The Renaissance was a cultural and intellectual movement which began in Italy in the later Middle Ages and, by the sixteenth century, had enveloped the rest of Europe. One of the defining characteristics of this movement was a revival of interest in ancient texts and ideas which is best reflected in the art, music and literature of this period.
Secondly, the Renaissance was characterised by an emphasis on individual ability. This belief, also known as humanism, held human dignity in high regard and emphasised the potential of individuals to achieve and succeed. It is best summarised by the contemporary architect, Leon Battisti Alberti, who said: "Man can do all things if they will."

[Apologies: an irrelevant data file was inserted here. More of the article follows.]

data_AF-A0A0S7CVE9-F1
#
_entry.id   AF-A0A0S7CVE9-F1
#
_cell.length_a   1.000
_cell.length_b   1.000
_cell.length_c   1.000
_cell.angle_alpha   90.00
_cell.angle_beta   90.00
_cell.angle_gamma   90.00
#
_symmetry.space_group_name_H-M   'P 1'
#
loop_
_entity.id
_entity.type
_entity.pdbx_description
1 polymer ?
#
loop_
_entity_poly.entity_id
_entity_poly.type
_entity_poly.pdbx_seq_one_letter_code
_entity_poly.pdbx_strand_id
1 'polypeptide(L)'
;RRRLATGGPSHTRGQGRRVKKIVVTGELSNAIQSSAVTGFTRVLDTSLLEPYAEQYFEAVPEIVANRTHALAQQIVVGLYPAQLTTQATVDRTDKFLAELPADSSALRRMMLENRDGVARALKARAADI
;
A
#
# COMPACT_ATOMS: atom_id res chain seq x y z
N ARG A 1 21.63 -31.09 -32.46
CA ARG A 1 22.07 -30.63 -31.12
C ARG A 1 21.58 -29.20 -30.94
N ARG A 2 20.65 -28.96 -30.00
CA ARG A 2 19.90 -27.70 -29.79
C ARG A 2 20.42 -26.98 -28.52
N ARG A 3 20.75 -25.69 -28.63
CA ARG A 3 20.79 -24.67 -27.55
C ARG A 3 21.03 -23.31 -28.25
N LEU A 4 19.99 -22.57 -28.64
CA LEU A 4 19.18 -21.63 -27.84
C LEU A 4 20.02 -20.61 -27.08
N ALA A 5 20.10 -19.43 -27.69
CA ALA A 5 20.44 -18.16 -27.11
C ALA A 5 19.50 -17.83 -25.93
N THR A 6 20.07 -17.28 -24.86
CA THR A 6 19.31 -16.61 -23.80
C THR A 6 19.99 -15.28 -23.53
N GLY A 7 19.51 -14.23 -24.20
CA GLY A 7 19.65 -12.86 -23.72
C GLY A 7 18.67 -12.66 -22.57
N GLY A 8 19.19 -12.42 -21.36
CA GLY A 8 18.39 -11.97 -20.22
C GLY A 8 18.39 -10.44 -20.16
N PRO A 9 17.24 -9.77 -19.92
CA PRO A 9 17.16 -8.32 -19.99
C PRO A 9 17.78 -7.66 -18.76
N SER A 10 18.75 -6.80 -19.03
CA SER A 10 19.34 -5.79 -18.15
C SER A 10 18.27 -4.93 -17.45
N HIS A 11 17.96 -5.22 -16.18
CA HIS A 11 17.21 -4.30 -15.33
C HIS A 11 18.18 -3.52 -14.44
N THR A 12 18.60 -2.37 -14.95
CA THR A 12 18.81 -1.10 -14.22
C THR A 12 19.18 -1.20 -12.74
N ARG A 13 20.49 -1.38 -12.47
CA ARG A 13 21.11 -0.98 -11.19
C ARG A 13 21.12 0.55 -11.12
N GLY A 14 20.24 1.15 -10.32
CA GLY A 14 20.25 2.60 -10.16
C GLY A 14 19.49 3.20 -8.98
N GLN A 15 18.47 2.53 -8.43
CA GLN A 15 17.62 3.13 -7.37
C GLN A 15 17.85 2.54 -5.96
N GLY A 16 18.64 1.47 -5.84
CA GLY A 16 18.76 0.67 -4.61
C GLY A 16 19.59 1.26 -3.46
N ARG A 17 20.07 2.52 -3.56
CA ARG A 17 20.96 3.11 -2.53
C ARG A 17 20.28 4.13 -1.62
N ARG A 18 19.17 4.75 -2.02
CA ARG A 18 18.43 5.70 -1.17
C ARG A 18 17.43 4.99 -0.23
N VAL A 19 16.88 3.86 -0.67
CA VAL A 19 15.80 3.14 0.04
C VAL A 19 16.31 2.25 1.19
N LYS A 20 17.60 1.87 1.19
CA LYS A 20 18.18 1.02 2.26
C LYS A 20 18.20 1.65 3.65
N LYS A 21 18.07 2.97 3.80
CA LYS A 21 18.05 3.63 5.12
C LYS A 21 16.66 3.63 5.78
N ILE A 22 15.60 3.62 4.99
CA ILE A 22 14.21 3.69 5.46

Economic recovery is another defining characteristic of the Renaissance. In the decades preceding this movement, Medieval Europe was ravaged by the Black Death, an outbreak of plague which killed around one-third of the European population. It also heavily disrupted trade and brought about an end to the system of feudalism.
Finally, as trade picked up again during the Renaissance, there was a growth of new industries across Europe. As people's wealth increased, a number of new luxury industries came into being which supplied people with silks, glassware and handcrafted items made from precious stones. This period also witnessed the birth of printing and mining which grew at a phenomenal rate and came to rival more traditional industries, like textiles.